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Press release from Ministry of Justice

The Government presents measures against international burglary rings


Minister for Justice and Home Affairs Morgan Johansson has presented an offensive package of measures to fight international burglary rings. The measures will strengthen preventive efforts by the responsible authorities, and criminal investigation activities will be intensified.

International burglary rings are often controlled by organisers in their home countries and operate in several countries in Europe. In Sweden, these types of burglary rings are responsible for more than half of all burglaries and the majority of all thefts regarding boat motors, car parts, agricultural machinery, etc. The Government is today presenting a range of measures to fight international burglary rings.

Historic investment in the Swedish Police

As previously announced, the Swedish Police Authority will receive the largest investment in modern times – SEK 7.1 billion between 2018–2020. Based on the Government's national crime prevention programme 'Combating crime together', the police will make it more difficult for burglary rings.

Export of stolen goods will be prevented

The Government will task the Swedish Police Authority, Swedish Customs and the Swedish Coast Guard with increasing their efforts to stop the export of stolen goods. The Swedish Coast Guard will also be given greater powers to take action against burglary rings.

Tougher penalties for burglary and refusal of access

Victims of a burglary suffer a violation of their privacy, and greater account must be taken of this when determining a penalty. An inquiry will therefore examine the possibilities of tightening the penalties for organised and systematic thefts and offences concerning handling stolen goods. The possibility of issuing refusal of access orders to shops, etc., will also be examined.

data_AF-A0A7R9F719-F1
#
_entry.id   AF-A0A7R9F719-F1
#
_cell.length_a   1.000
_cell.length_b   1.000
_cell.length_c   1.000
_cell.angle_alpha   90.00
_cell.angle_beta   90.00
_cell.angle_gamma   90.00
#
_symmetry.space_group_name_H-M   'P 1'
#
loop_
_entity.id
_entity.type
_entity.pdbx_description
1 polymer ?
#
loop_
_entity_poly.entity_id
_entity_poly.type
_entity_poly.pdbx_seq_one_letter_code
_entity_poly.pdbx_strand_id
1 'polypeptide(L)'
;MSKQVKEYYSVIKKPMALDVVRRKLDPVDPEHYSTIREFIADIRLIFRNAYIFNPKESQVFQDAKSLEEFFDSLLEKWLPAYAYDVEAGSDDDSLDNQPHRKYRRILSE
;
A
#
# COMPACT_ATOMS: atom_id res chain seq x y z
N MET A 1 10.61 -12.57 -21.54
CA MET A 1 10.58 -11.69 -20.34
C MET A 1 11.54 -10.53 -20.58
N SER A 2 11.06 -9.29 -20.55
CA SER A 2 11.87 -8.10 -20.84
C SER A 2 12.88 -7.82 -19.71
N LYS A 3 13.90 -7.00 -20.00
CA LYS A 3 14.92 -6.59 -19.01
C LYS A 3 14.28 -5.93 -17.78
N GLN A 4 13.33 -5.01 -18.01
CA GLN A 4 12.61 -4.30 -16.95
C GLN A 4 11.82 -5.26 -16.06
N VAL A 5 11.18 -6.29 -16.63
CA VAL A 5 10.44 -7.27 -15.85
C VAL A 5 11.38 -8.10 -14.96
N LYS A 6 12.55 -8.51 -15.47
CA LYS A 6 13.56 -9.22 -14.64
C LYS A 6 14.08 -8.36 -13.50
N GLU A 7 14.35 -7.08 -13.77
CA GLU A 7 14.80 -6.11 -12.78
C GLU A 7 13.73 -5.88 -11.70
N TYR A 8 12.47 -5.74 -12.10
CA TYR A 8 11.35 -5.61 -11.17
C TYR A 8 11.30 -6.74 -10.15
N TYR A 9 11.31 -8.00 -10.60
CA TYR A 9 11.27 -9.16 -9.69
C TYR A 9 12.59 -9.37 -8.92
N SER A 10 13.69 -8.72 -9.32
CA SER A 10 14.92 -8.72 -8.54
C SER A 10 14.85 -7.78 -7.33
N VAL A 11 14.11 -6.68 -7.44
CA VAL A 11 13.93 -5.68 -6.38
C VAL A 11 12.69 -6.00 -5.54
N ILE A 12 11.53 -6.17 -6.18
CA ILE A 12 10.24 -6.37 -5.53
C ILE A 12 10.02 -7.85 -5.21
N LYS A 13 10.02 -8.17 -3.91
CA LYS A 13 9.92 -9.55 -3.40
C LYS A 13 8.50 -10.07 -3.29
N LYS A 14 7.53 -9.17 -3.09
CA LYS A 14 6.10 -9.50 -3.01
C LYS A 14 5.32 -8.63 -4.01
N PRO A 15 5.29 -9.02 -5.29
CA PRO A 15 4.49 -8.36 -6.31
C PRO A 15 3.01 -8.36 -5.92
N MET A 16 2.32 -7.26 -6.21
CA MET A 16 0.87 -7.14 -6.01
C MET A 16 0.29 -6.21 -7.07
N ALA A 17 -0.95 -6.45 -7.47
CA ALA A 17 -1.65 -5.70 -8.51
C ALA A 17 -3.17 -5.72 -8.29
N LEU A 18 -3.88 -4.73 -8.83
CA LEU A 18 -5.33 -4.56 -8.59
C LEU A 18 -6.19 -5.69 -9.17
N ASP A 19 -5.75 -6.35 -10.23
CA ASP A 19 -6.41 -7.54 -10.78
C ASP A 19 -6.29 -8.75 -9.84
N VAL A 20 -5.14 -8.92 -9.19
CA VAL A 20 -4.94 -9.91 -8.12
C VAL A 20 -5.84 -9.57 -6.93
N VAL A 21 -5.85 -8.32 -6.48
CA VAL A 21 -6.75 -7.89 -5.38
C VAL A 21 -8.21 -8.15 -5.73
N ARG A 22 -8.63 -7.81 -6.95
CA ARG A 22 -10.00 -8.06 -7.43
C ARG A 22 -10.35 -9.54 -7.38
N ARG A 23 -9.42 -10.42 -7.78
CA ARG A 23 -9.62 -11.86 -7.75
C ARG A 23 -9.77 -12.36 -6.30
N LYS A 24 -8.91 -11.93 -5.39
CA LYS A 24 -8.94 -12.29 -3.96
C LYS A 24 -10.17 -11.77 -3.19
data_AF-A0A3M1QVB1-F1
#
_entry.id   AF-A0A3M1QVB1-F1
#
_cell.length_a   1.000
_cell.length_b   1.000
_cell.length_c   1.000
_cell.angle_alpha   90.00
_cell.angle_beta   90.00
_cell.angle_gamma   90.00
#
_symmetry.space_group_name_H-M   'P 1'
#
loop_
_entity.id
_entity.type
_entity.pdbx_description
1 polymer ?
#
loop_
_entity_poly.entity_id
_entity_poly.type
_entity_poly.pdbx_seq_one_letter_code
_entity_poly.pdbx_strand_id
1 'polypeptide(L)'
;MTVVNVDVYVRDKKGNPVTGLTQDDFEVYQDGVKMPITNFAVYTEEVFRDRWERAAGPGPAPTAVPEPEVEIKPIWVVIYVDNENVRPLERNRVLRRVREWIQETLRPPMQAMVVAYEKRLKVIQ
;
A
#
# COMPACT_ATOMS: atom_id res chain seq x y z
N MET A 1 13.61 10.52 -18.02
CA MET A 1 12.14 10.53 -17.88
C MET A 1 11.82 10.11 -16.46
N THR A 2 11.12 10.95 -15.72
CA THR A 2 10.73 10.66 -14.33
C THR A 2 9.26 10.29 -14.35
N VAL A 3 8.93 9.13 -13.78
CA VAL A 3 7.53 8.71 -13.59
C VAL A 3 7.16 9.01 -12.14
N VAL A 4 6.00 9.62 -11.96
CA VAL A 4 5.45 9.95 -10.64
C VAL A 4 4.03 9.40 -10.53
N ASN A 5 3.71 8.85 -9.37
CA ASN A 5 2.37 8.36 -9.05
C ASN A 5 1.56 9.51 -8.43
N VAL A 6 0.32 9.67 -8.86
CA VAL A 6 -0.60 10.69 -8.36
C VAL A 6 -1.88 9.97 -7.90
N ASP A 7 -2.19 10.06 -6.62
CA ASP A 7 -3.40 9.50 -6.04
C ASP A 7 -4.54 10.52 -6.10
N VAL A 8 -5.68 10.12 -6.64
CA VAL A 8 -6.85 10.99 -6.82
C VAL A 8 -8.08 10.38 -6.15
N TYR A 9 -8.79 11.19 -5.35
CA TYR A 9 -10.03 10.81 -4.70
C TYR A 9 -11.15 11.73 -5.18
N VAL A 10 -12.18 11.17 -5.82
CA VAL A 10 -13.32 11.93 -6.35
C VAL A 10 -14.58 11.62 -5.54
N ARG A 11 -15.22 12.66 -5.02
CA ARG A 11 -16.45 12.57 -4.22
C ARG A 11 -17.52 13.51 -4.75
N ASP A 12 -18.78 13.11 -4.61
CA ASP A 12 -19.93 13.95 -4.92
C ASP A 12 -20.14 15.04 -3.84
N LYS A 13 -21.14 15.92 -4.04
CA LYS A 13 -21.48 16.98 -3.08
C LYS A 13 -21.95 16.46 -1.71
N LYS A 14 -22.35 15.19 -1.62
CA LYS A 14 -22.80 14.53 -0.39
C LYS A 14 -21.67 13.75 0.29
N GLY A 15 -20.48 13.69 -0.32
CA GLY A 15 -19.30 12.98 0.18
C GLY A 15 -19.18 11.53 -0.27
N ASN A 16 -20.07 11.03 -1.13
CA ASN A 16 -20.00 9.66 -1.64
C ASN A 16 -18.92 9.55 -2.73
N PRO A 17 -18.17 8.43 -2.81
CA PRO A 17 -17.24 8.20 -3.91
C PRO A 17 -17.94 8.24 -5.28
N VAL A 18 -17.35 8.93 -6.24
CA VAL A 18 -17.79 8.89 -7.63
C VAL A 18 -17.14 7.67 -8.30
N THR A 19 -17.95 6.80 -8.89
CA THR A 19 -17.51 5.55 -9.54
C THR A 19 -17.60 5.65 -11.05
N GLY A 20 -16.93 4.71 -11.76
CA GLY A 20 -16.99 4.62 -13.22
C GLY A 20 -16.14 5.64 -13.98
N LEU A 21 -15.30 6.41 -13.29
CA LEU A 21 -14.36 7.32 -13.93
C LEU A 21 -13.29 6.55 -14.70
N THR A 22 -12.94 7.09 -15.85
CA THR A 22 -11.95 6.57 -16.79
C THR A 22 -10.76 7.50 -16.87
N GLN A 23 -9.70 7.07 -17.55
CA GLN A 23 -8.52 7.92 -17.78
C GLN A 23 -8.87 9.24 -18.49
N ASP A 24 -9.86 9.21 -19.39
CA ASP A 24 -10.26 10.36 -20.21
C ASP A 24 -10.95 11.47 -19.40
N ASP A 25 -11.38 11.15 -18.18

More people will serve prison sentences in their home countries

Since taking office, the Government has engaged in active dialogues with several countries, including Romania, to make it easier for people who have been sentenced in Sweden to serve their prison terms in their home country. However, the Government wants more people to serve their sentences in their home countries. The Swedish Prison and Probation Service will therefore be instructed to streamline the process of transferring prison sentences, and the conditions on urgency with regard to shortening processing times will be examined.

Increased opportunities for camera surveillance

The Government will move ahead on a legislative proposal involving the removal of a permit requirement for camera surveillance in areas such as agriculture and forestry. The legislative proposal will also make it easier for police and municipalities to be granted permits for closed-circuit cameras. An inquiry is also currently examining the possibilities of removing the permit requirement regarding camera surveillance for the Swedish Police and Swedish Customs.

More international cooperation

In 2018, the Government will introduce several international initiatives to tackle the problem of international burglary rings. For example, the Government is conducting dialogues with the countries of origin of the burglary rings, introducing deeper international police cooperation and presenting initiatives in the EU.

Expanded checks in areas close to the border

The Government will instruct the Swedish Police Authority to examine what new conditions are required to conduct checks in areas close to the border. Relevant measures may include automatic camera surveillance involving number plate and vehicle recognition at our border crossing points.

Press contact

Miriam Abu Eid
Press Coordinator, Ministry of Justice
Phone (switchboard) +46 8 405 10 00